Perhaps at one time it was conceivable that first the creation of wealth could be entrusted to the economy, and then the task of distributing it could be assigned to politics. Today that would be more difficult, given that economic activity is no longer circumscribed within territorial limits, while the authority of governments continues to be principally local. Hence the canons of justice must be respected from the outset, as the economic process unfolds, and not just afterwards or incidentally.

Space also needs to be created within the market for economic activity carried out by subjects who freely choose to act according to principles other than those of pure profit, without sacrificing the production of economic value in the process. The many economic entities that draw their origin from religious and lay initiatives demonstrate that this is concretely possible. In the global era, the economy is influenced by competitive models tied to cultures that differ greatly among themselves. The different forms of economic enterprise to which they give rise find their main point of encounter in commutative justice.

Economic life undoubtedly requires contracts , in order to regulate relations of exchange between goods of equivalent value. But it also needs just laws and forms of redistribution governed by politics, and what is more, it needs works redolent of the spirit of gift. The economy in the global era seems to privilege the former logic, that of contractual exchange, but directly or indirectly it also demonstrates its need for the other two: political logic, and the logic of the unconditional gift. My predecessor John Paul II drew attention to this question in Centesimus Annus , when he spoke of the need for a system with three subjects: the market , the State and civil society [92].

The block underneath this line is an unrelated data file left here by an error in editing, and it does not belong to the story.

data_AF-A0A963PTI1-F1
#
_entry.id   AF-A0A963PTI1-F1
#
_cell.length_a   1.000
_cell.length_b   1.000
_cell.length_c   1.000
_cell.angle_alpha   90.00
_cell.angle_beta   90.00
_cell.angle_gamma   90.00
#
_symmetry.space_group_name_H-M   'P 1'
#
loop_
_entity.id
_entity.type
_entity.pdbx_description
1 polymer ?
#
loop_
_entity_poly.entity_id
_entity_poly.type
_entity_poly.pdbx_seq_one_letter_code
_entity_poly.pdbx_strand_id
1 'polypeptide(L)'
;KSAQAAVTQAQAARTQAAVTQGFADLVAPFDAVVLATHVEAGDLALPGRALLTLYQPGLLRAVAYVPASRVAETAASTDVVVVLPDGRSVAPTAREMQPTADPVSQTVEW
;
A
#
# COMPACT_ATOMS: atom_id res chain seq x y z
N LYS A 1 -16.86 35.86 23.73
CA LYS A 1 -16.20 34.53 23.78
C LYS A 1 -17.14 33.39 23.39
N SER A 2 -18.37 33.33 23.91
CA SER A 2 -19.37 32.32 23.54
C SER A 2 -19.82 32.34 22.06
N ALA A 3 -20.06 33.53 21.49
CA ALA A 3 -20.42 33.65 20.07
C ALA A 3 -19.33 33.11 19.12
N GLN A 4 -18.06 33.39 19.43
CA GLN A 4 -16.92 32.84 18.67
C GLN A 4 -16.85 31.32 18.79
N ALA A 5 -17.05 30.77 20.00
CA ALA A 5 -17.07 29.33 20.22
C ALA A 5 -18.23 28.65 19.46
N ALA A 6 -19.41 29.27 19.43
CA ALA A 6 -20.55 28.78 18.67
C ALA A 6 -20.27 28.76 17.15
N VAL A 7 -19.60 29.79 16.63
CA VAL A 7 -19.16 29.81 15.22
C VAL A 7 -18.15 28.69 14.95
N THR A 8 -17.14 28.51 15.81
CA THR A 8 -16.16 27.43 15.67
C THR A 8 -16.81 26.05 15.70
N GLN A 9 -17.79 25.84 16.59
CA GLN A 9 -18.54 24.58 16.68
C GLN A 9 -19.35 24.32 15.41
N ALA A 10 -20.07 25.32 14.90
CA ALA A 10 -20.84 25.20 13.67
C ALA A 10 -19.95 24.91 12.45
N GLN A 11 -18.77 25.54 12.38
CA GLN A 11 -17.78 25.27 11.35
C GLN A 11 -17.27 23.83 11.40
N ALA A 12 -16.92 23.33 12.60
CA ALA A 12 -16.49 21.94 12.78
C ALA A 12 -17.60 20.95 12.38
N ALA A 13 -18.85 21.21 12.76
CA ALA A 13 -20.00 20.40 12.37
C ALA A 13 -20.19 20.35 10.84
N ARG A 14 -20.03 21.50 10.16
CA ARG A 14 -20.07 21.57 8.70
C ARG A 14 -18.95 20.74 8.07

He saw civil society as the most natural setting for an economy of gratuitousness and fraternity, but did not mean to deny it a place in the other two settings. Today we can say that economic life must be understood as a multi-layered phenomenon: in every one of these layers, to varying degrees and in ways specifically suited to each, the aspect of fraternal reciprocity must be present.

In the global era, economic activity cannot prescind from gratuitousness, which fosters and disseminates solidarity and responsibility for justice and the common good among the different economic players. It is clearly a specific and profound form of economic democracy. Solidarity is first and foremost a sense of responsibility on the part of everyone with regard to everyone [93] , and it cannot therefore be merely delegated to the State.

While in the past it was possible to argue that justice had to come first and gratuitousness could follow afterwards, as a complement, today it is clear that without gratuitousness, there can be no justice in the first place. What is needed, therefore, is a market that permits the free operation, in conditions of equal opportunity, of enterprises in pursuit of different institutional ends. Alongside profit-oriented private enterprise and the various types of public enterprise, there must be room for commercial entities based on mutualist principles and pursuing social ends to take root and express themselves.